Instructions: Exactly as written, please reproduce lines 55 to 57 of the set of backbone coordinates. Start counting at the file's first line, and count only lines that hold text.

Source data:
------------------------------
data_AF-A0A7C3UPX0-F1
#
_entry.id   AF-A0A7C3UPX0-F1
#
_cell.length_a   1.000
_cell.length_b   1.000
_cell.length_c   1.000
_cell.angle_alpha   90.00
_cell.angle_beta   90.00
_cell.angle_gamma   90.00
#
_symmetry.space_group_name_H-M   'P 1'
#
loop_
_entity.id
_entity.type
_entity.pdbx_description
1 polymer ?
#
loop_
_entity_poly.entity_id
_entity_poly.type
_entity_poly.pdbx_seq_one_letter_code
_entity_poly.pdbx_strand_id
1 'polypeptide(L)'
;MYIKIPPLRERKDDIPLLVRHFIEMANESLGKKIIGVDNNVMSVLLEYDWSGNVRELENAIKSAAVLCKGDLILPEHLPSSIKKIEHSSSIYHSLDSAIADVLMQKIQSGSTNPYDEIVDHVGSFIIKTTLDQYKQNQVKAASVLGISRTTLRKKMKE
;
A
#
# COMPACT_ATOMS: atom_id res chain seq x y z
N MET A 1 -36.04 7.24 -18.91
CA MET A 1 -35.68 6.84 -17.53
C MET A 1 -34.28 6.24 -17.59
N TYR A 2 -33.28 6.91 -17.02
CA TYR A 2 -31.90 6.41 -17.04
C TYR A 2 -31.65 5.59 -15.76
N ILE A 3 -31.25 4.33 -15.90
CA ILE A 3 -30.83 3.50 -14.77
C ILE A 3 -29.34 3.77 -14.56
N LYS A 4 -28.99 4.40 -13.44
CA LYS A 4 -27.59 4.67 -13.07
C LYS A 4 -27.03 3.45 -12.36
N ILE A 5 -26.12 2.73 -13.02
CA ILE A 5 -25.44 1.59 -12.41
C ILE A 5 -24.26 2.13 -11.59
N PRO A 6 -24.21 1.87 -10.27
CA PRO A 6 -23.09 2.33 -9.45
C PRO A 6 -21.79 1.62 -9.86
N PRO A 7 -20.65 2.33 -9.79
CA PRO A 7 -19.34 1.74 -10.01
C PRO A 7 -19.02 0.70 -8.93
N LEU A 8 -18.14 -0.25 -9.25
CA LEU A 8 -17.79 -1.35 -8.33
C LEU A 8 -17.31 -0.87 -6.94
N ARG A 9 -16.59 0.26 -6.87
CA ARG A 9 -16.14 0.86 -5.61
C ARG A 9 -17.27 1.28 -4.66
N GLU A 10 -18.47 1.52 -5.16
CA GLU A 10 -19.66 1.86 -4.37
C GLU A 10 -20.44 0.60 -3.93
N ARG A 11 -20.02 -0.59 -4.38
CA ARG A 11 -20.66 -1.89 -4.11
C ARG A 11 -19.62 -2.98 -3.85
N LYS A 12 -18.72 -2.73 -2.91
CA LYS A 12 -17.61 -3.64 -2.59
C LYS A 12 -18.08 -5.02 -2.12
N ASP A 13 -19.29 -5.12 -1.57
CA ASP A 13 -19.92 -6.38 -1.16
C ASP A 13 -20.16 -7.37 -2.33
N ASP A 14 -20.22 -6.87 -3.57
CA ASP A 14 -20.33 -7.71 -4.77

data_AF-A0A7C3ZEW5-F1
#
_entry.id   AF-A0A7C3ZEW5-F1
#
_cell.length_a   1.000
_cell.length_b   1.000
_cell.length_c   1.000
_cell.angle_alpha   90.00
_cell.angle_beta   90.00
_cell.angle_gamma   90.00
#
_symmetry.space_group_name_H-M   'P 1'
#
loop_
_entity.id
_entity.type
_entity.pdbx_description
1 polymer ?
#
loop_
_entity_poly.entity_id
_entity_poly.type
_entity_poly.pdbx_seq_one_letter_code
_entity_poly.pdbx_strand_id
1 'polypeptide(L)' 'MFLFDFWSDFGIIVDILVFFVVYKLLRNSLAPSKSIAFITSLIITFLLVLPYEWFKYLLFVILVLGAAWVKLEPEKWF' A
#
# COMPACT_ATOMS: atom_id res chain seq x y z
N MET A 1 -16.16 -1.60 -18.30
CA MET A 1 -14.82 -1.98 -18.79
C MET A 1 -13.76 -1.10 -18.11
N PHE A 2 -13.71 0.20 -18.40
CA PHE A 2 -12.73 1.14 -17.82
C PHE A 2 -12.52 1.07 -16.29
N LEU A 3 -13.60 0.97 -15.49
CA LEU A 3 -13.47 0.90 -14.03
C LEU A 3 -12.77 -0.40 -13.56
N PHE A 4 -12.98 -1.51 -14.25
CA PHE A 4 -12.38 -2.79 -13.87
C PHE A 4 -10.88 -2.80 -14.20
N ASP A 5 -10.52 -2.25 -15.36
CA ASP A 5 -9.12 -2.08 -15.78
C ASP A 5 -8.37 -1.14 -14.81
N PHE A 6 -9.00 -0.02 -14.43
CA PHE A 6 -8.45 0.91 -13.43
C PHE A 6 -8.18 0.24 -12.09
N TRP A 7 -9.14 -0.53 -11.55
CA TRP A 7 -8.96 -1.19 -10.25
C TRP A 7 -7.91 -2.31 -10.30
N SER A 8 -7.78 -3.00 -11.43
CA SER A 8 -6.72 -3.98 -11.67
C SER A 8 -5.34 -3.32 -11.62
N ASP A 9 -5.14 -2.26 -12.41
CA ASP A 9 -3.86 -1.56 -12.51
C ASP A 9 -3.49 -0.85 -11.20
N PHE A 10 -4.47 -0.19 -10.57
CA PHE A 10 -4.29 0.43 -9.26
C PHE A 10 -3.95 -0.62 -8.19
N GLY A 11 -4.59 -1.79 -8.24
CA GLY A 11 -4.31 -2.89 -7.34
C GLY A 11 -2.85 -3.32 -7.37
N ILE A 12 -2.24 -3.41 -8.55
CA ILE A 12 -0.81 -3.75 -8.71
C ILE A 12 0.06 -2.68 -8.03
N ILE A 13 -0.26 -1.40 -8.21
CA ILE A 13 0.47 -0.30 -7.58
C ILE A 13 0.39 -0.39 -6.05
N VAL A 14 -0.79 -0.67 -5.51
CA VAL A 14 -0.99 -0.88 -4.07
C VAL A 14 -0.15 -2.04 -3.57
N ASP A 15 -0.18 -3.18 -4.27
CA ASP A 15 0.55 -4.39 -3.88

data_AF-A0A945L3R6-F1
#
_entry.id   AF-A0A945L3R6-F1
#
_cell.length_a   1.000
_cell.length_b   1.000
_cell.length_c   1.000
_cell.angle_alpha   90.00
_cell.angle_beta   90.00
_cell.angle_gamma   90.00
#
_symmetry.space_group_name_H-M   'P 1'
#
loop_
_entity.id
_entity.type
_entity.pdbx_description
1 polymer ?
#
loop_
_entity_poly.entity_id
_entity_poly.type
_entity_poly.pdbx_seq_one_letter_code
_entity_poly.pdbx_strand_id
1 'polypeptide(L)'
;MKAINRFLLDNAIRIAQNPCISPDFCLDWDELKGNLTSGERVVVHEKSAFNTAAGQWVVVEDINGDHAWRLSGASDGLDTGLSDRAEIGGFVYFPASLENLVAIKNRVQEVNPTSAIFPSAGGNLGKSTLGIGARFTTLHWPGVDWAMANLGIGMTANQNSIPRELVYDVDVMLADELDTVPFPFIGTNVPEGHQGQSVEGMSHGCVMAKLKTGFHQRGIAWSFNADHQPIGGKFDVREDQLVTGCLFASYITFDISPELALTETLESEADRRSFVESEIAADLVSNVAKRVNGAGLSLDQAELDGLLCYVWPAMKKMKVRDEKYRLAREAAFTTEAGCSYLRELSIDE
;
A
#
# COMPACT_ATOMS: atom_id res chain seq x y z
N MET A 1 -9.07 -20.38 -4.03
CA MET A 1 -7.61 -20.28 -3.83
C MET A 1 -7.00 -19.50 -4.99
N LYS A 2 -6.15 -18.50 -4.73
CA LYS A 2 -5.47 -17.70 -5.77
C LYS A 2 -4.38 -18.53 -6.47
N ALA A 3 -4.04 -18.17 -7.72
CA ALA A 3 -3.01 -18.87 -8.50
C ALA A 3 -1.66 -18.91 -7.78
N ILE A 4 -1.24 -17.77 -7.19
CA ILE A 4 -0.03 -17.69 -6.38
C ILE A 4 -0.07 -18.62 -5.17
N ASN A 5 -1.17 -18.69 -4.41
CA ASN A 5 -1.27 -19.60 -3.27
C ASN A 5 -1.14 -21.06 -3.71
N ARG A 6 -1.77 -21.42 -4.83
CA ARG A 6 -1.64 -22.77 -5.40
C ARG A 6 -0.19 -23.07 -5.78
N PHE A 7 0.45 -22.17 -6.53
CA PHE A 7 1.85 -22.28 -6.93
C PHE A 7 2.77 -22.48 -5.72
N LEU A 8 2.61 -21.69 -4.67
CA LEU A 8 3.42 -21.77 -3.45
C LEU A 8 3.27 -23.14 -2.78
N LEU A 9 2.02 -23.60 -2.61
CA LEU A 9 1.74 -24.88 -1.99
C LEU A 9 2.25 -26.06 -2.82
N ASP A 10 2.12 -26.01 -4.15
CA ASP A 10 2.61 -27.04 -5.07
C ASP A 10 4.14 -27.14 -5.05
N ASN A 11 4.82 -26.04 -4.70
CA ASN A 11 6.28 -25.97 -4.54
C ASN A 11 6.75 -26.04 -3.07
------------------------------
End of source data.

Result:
N ARG A 9 -16.59 0.26 -6.87
CA ARG A 9 -16.14 0.86 -5.61
C ARG A 9 -17.27 1.28 -4.66